This work aims to investigate biofuels for diesel engines produced on a lab-scale from the fresh water microalgae Chlorella vulgaris
(FWM-CV). The impact of growing conditions on the properties of biodiesel produced from FWM-CV was evaluated. The properties of FWM-CV biodiesel were found to be within the ASTM standards for biodiesel. Due to the limited amount of biodiesel produced on the lab-scale, the biomass of dry cells of FWM-CV was used to yield emulsified water fuel. The preparation of emulsion fuel with and without FWM-CV cells was conducted using ultrasound to overcome the problems of large size microalgae colonies and to form homogenized emulsions. The emulsified water fuels, prepared using ultrasound, were found to be stable and the size of FWM-CV colonies were effectively reduced to pass through the engine nozzle safely. Engine tests at 3670 rpm were conducted using three fuels: cottonseed biodiesel CS-B100, emulsified cottonseed biodiesel water fuel, water and emulsifier (CS-E20) and emulsified water containing FWM-CV cells CS-ME20. The results showed that the brake specific fuel consumption (BSFC) was increased by about 41% when the engine was fueled with emulsified water fuels compared to CS-B100. The engine power, exhaust gas temperature, NOx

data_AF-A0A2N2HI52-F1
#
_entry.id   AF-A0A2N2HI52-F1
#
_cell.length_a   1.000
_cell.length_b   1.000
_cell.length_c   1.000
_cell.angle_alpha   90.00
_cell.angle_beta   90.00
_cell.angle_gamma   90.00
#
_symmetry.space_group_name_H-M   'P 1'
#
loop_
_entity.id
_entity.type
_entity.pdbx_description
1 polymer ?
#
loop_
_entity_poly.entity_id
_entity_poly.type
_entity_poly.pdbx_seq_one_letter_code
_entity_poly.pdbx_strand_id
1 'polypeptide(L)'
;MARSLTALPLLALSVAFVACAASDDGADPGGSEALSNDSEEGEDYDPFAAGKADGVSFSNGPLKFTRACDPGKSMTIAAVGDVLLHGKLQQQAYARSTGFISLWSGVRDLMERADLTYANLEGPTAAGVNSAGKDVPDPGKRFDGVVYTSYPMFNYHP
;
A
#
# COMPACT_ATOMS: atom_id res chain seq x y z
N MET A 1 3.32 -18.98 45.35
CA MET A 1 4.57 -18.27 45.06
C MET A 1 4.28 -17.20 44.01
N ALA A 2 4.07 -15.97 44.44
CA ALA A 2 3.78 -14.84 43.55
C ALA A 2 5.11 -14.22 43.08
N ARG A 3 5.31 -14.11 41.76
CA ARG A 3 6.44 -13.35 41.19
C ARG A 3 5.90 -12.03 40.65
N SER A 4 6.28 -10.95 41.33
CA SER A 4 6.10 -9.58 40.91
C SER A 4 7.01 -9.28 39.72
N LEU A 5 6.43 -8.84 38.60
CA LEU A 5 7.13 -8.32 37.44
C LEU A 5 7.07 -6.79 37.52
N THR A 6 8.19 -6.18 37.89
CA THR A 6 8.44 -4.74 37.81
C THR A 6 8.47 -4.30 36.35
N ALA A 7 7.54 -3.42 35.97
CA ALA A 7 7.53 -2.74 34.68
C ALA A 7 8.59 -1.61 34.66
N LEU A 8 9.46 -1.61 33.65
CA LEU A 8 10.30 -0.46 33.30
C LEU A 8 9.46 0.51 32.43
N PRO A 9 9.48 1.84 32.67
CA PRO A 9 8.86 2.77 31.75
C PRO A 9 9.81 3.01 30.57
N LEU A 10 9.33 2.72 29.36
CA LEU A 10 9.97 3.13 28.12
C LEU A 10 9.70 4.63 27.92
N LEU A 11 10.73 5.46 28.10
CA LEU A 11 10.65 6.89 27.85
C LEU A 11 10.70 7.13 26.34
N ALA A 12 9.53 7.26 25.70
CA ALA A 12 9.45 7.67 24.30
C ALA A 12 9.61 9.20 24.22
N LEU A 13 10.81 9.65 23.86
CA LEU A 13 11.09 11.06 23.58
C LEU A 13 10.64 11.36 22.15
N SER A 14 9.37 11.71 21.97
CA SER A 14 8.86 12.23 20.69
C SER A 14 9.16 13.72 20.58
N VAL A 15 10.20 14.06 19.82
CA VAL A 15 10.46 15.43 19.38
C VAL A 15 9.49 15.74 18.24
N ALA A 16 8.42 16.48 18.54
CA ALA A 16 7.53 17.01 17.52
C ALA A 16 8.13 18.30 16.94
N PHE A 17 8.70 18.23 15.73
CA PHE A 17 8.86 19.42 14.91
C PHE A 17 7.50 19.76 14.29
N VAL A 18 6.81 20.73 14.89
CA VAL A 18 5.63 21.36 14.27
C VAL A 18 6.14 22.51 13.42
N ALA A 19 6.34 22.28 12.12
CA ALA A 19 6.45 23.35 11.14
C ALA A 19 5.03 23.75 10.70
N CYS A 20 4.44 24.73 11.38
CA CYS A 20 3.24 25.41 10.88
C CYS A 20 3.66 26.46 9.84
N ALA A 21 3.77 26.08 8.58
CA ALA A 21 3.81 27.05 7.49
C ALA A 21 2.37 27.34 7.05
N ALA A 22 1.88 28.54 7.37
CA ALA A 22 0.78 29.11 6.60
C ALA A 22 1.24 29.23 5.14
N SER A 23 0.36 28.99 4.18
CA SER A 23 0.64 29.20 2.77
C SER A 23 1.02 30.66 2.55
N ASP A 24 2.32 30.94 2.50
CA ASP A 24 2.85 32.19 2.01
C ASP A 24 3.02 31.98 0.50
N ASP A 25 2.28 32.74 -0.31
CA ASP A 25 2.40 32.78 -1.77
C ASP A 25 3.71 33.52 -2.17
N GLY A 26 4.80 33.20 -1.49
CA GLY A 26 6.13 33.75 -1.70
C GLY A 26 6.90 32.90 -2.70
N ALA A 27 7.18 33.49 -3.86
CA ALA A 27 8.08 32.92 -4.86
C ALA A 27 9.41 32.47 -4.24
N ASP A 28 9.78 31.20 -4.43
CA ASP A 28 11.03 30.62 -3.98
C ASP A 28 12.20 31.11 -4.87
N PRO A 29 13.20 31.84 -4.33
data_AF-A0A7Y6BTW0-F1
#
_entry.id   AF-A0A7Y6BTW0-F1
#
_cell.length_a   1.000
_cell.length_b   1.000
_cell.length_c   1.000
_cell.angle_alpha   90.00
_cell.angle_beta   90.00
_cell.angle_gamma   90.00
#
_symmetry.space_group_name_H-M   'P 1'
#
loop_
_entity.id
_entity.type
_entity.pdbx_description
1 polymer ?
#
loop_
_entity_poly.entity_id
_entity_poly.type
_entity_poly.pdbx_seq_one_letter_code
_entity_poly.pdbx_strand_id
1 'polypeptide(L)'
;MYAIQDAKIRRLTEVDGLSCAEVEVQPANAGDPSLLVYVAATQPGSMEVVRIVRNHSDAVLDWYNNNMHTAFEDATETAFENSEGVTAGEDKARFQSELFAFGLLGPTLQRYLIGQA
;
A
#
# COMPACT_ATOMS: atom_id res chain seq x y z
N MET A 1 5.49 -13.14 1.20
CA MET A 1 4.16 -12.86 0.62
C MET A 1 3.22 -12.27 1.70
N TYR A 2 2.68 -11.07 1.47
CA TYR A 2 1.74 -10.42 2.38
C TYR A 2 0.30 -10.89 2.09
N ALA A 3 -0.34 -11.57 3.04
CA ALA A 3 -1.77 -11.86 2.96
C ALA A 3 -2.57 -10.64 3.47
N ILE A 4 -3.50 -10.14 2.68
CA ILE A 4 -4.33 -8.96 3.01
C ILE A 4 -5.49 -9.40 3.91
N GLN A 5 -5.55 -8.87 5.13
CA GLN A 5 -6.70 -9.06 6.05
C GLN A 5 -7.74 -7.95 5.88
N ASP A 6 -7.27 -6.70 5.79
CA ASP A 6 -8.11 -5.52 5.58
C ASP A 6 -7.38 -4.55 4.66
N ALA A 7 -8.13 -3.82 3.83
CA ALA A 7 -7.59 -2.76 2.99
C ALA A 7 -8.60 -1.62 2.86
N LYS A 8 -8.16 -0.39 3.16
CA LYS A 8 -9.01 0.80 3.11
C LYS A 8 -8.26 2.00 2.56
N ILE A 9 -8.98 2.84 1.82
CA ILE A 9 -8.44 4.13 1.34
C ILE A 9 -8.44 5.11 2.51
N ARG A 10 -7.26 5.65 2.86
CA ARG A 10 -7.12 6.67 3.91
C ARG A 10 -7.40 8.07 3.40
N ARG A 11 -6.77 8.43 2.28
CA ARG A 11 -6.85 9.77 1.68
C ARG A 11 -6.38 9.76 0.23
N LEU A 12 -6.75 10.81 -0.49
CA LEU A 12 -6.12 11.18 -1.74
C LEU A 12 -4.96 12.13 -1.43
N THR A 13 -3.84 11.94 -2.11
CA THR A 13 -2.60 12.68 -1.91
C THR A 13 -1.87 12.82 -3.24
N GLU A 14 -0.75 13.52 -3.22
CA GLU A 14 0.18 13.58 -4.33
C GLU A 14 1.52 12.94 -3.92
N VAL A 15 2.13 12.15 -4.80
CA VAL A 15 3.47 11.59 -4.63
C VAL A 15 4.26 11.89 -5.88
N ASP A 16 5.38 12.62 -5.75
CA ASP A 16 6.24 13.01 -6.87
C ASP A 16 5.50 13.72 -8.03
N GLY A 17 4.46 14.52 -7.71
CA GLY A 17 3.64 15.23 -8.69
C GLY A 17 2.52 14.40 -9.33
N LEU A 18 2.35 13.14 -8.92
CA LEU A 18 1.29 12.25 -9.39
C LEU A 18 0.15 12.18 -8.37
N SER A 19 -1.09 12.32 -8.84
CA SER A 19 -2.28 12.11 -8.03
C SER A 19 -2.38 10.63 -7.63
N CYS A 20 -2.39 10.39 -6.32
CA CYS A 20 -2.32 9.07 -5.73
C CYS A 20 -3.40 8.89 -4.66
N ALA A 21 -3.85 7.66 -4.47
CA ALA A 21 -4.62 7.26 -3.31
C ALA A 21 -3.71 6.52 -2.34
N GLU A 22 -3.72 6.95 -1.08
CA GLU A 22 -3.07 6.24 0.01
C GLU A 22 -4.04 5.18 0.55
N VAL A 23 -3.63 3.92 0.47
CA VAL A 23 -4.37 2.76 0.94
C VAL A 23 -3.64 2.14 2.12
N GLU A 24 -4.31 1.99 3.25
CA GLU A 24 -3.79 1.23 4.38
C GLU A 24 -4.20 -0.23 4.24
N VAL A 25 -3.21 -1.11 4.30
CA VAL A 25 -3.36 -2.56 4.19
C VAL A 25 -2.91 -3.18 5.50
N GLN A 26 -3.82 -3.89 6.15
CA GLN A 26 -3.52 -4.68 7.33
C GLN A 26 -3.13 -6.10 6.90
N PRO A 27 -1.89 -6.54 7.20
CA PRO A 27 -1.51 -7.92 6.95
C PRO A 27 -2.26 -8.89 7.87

were significantly lower than that produced by CS-B100. The CS-ME20 produced higher power than CS-E20 due to the heating value improvement as a result of adding FWM-CV cells to the fuel.